London blasts fit al Qaeda-type pattern-analysts Thu Jul 7, 2005 11:49 AM BST Printer Friendly | Email Article | RSS By Mark Trevelyan, Security Correspondent BERLIN (Reuters) - Apparently coordinated blasts across London's transport network on Thursday bear similarities to last year's Madrid bombings and suggest an attack in the style of al Qaeda, security analysts said. Officially, there was no immediate confirmation from authorities that they were treating the explosions as an attack by militants. London's police chief said there were about six blasts. The use of near-simultaneous attacks to cause maximum damage and panic is a tactic frequently used by al Qaeda, from the 1998 bombing of two U.S. embassies in East Africa to the September 11 attacks on the United States with four hijacked airliners in 2001. Since then, the pattern has been repeated in deadly attacks attributed to al Qaeda or like-minded Islamist militants in Indonesia, Kenya, Morocco, Saudia Arabia, Turkey and Spain. The London blasts, at underground stations and on buses, had clear echoes of March 11, 2004, when 10 bombs hidden in sports bags exploded on four packed commuter trains in Madrid at the height of the morning rush hour, killing 191 people. "There are lots of parallels with the Madrid blast...We have to assume it's a terrorist attack," said German security analyst Rolf Tophoven. "The first thing that's very obvious is the synchronised nature of the attacks, and that's pretty classic for al Qaeda or al Qaeda-related organisations," said Budapest-based security analyst Sebestyen Gorka. "If we're talking about several attacks on one day, then there's a good likelihood we're talking about a known quantity here...The similarities to Madrid are clear." As with the Madrid attacks, which occurred three days before a general election, the London blasts appeared timed to coincide with a major political event. They took place as leaders of the Group of Eight nations were meeting on the first full day of a summit in Scotland -- an event which required its own massive security operation and drew heavily on police and counter-terrorist resources. Britain has three decades of experience combating Northern Irish guerrilla violence but it has not until now suffered an Islamic militant attack, although police say they have thwarted several attempts and have said repeatedly a successful strike is only a matter of time. Britain presents a likely target for Osama bin Laden's al Qaeda and affiliated groups because Prime Minister Tony Blair's government has staunchly backed U.S. President George W. Bush in the war on terrorism, including the invasions of Afghanistan and Iraq. Casualties from Thursday's attacks were unclear but they sent financial markets diving and threw London, Europe's biggest financial centre into chaos. Propaganda messages from bin Laden have shown a keen awareness of the economic impact of al Qaeda attacks and attached importance to hitting economic targets and key infrastructure.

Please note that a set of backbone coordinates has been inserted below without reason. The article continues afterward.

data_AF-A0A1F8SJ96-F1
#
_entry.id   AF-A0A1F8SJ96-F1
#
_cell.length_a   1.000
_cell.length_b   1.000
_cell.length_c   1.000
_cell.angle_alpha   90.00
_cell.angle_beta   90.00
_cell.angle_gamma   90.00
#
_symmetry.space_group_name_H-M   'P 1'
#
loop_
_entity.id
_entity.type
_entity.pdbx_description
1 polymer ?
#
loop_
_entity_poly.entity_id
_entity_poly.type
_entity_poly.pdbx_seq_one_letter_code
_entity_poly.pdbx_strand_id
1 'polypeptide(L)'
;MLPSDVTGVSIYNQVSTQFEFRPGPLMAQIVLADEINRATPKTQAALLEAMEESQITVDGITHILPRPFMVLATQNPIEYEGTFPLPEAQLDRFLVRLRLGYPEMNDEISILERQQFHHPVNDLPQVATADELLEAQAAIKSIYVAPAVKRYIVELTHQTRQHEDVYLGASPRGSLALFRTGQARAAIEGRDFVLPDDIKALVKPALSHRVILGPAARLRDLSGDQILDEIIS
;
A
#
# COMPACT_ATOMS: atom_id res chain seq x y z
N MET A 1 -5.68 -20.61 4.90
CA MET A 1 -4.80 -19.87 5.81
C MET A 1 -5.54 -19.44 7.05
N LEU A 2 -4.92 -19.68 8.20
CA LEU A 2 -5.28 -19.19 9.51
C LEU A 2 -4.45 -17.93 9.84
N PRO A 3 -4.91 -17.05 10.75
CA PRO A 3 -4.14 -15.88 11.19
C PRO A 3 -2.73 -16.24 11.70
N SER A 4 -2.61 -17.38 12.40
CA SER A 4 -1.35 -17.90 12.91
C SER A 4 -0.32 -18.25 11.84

Thursday, July 07, 2005
Seems to be reports of entire carriages been destroyed. Also again from Reuters.